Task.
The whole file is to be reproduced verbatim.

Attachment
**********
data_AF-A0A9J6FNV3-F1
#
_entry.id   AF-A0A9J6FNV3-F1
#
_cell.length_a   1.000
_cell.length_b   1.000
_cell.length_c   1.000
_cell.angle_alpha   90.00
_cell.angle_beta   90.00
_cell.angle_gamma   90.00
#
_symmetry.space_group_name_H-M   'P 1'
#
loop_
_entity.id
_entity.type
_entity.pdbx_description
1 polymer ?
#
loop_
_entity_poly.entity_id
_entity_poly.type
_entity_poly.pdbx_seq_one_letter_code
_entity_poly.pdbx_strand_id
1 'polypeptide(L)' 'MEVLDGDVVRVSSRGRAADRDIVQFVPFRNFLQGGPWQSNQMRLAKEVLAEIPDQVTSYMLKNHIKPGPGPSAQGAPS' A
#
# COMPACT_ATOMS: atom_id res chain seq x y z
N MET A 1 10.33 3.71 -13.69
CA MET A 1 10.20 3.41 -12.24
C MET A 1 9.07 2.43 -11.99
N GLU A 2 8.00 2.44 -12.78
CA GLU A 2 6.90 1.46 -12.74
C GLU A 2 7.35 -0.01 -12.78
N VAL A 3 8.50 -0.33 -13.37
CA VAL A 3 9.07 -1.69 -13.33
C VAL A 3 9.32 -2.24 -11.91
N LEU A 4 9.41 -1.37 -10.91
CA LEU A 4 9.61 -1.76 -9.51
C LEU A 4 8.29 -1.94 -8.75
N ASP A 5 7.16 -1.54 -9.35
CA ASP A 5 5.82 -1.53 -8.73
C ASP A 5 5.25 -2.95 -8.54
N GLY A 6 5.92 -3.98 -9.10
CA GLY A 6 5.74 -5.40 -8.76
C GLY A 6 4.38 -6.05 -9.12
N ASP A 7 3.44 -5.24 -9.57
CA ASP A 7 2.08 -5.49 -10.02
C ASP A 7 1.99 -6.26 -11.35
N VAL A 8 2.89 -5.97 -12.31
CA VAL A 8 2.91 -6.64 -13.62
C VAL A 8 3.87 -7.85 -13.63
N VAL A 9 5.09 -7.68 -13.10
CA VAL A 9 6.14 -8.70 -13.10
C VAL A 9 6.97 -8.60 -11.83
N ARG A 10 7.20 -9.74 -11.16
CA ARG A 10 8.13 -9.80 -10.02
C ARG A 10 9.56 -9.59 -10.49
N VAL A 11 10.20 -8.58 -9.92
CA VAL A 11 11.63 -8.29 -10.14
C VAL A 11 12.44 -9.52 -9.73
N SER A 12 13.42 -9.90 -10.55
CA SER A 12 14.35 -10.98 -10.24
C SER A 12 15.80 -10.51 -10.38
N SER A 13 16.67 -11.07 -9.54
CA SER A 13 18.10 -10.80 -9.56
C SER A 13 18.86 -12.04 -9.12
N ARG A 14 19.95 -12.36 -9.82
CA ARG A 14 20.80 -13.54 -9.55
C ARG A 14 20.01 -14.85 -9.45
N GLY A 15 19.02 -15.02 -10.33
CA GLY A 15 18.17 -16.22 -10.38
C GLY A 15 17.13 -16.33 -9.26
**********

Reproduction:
data_AF-A0A9J6FNV3-F1
#
_entry.id   AF-A0A9J6FNV3-F1
#
_cell.length_a   1.000
_cell.length_b   1.000
_cell.length_c   1.000
_cell.angle_alpha   90.00
_cell.angle_beta   90.00
_cell.angle_gamma   90.00
#
_symmetry.space_group_name_H-M   'P 1'
#
loop_
_entity.id
_entity.type
_entity.pdbx_description
1 polymer ?
#
loop_
_entity_poly.entity_id
_entity_poly.type
_entity_poly.pdbx_seq_one_letter_code
_entity_poly.pdbx_strand_id
1 'polypeptide(L)' 'MEVLDGDVVRVSSRGRAADRDIVQFVPFRNFLQGGPWQSNQMRLAKEVLAEIPDQVTSYMLKNHIKPGPGPSAQGAPS' A
#
# COMPACT_ATOMS: atom_id res chain seq x y z
N MET A 1 10.33 3.71 -13.69
CA MET A 1 10.20 3.41 -12.24
C MET A 1 9.07 2.43 -11.99
N GLU A 2 8.00 2.44 -12.78
CA GLU A 2 6.90 1.46 -12.74
C GLU A 2 7.35 -0.01 -12.78
N VAL A 3 8.50 -0.33 -13.37
CA VAL A 3 9.07 -1.69 -13.33
C VAL A 3 9.32 -2.24 -11.91
N LEU A 4 9.41 -1.37 -10.91
CA LEU A 4 9.61 -1.76 -9.51
C LEU A 4 8.29 -1.94 -8.75
N ASP A 5 7.16 -1.54 -9.35
CA ASP A 5 5.82 -1.53 -8.73
C ASP A 5 5.25 -2.95 -8.54
N GLY A 6 5.92 -3.98 -9.10
CA GLY A 6 5.74 -5.40 -8.76
C GLY A 6 4.38 -6.05 -9.12
N ASP A 7 3.44 -5.24 -9.57
CA ASP A 7 2.08 -5.49 -10.02
C ASP A 7 1.99 -6.26 -11.35
N VAL A 8 2.89 -5.97 -12.31
CA VAL A 8 2.91 -6.64 -13.62
C VAL A 8 3.87 -7.85 -13.63
N VAL A 9 5.09 -7.68 -13.10
CA VAL A 9 6.14 -8.70 -13.10
C VAL A 9 6.97 -8.60 -11.83
N ARG A 10 7.20 -9.74 -11.16
CA ARG A 10 8.13 -9.80 -10.02
C ARG A 10 9.56 -9.59 -10.49
N VAL A 11 10.20 -8.58 -9.92
CA VAL A 11 11.63 -8.29 -10.14
C VAL A 11 12.44 -9.52 -9.73
N SER A 12 13.42 -9.90 -10.55
CA SER A 12 14.35 -10.98 -10.24
C SER A 12 15.80 -10.51 -10.38
N SER A 13 16.67 -11.07 -9.54
CA SER A 13 18.10 -10.80 -9.56
C SER A 13 18.86 -12.04 -9.12
N ARG A 14 19.95 -12.36 -9.82
CA ARG A 14 20.80 -13.54 -9.55
C ARG A 14 20.01 -14.85 -9.45
N GLY A 15 19.02 -15.02 -10.33
CA GLY A 15 18.17 -16.22 -10.38
C GLY A 15 17.13 -16.33 -9.26